Magnesium is essential in our diet – What can it do for you?
Are you often hungry or in the mood for chocolate? Do you wake up in the middle of the night with muscle cramps? Your eyelid twitches nervously and doesn’t stop?
Then you may be lacking Magnesium. Sleep problems, migraines, and constipation are other common symptoms of magnesium deficiency. Fatigue and listlessness can also be a sign of a deficit in the magnesium balance. And how about your sleep quality? But how do you get enough of the mineral? Find out below.
Magnesium deserves our attention.
It plays an essential role in numerous processes in your body, which range from proper muscle function to healthy energy metabolism, bone function maintenance, and the nervous system’s normal functioning. It is essential when it comes to being able to relax the muscles. Logically, it can lead to all sorts of problems if your organism does not have enough Magnesium available.
What are the causes of magnesium deficiency?
Plants and soils are low in minerals. Today our soils are even more exhausted and lower in minerals than ever before. Of course, every year in industrial agriculture, wasteful amounts of synthetic fertilizers are used to wrestle ever higher harvests from the soil.
The producers are not in the least interested in the mineral content of the food. After all, no consumer can choose his diet according to this criterion since nobody can see how many vitamins and minerals a vegetable or fruit contains.
Your body will notify you if you do not get enough of this vital mineral. However, Mother Nature doesn’t let us down and serves us a variety of beautiful foods that are full of high Magnesium.
Magnesium deficiency has many faces.
Your cells need Magnesium to function correctly. If the super mineral is missing, its function is limited.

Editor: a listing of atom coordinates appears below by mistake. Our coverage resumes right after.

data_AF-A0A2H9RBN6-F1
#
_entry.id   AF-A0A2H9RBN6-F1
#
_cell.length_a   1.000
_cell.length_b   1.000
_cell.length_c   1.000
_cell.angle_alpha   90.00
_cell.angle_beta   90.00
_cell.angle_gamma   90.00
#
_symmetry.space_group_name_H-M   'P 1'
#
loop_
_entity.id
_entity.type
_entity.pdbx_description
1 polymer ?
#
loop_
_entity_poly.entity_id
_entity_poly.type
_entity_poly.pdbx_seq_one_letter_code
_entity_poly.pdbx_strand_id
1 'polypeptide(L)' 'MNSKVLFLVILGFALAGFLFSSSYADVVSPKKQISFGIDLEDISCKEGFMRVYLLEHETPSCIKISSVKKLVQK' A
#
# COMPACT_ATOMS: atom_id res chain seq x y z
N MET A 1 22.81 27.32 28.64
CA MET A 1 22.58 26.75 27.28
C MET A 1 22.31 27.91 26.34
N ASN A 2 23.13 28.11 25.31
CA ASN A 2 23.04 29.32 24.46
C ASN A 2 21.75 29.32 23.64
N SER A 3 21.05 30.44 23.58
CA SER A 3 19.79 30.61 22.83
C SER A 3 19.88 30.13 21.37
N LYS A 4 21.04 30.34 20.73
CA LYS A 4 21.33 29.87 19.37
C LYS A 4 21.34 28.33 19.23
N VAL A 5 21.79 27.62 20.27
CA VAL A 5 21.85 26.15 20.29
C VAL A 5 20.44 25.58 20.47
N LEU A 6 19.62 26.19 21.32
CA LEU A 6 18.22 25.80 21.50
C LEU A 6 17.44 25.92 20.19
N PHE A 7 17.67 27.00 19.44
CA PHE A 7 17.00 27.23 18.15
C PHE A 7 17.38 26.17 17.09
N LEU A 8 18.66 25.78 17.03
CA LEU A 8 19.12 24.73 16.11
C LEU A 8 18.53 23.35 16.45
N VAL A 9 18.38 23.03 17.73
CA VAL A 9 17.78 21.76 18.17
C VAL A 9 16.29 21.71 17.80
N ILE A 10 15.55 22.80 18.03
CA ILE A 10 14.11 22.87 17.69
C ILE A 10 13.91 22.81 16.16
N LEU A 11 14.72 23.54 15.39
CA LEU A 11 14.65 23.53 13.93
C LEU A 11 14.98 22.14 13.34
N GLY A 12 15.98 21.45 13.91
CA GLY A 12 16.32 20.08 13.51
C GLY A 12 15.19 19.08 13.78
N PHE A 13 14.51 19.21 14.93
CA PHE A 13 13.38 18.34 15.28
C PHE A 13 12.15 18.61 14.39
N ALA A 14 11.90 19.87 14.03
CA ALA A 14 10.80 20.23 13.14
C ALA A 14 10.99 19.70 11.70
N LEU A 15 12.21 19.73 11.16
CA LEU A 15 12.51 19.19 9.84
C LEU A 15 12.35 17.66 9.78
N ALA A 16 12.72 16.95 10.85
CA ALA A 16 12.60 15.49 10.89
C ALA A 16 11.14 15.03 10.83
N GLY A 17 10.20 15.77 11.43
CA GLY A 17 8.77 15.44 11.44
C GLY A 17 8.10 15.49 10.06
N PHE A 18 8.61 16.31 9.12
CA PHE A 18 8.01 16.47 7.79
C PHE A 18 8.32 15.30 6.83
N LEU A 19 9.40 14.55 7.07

If you don’t sleep well or wake up a lot at night, it could be because your magnesium levels are low. GABA, an essential neurotransmitter in the central nervous system, is produced in the brain and helps make you feel calm and relaxed. For your body to maintain healthy levels of GABA, it needs Magnesium.
If you feel stressed and are often worried or even afraid to walk around the world, there could also be a connection to your magnesium level. Magnesium and pathways in the brain interact and can cause stress. If there is a lack, you can feel anxiety, and stress, even more intensely.
Perhaps you also feel that your hormones are out of balance, that your moods are on a roller coaster, or that you regularly develop cravings for mainly sweet, salty, or fatty foods? Too little of the mineral can be responsible for this.
Magnesium plays a significant role in the endocrine system and influences essential hormones such as estrogen, serotonin, dopamine, etc. What phenomenal influence hormones can have on us, everyone has probably experienced. It is good to advise you to strive for an entire hormonal balance.
Migraines and headaches.
Anyone who occasionally or regularly suffers from headaches or even migraines knows how you are no longer able to participate in the good life. Magnesium acts similarly with so-called neurotransmitters as it does with hormones. These are found in the brain and also influence the onset of headaches or migraines. If there is too little Magnesium for the processes, there can be difficulties in the process and, consequently, pain.
Do not let a deficiency develop in the first place.
You do well to eat many foods rich in Magnesium. Thanks to Mother Earth, there are plenty of them.
We can find vital minerals in almost all-natural foods. The best sources are mainly nuts and seeds, such as sunflower seeds, sesame seeds, hazelnuts, cashews, and almond kernels. Also included are oatmeal, whole grain rice, millet, and legumes.
When it comes to fruit and vegetables, bananas, spinach, broccoli, kale, and avocados can keep up. The good news for all chocolate lovers is: Cocoa is one of the foods most abundant in Magnesium.
The official recommendation for an adult woman is around 300 mg per day. Men should consume a little more, namely approx. 350 mg magnesium per day. However, the body needs more Magnesium under certain conditions. These include intense physical or psychological stress, pregnancy, profuse sweating, or certain medications like the pill.
If a woman consumes about 50g millet, 100g spinach, 30g almonds, 100g banana, and 50g lentils, she is good to go.
You can quickly and easily spice up meals. Sprinkle a few pumpkin seeds over your salad, or mix some sunflower seed puree into your dressing. It is also delicious to add almond butter to your porridge. Enrich your green smoothie with a little avocado and add a banana.
See also How To Know If You Have Vitamin Deficiency – The Signs.
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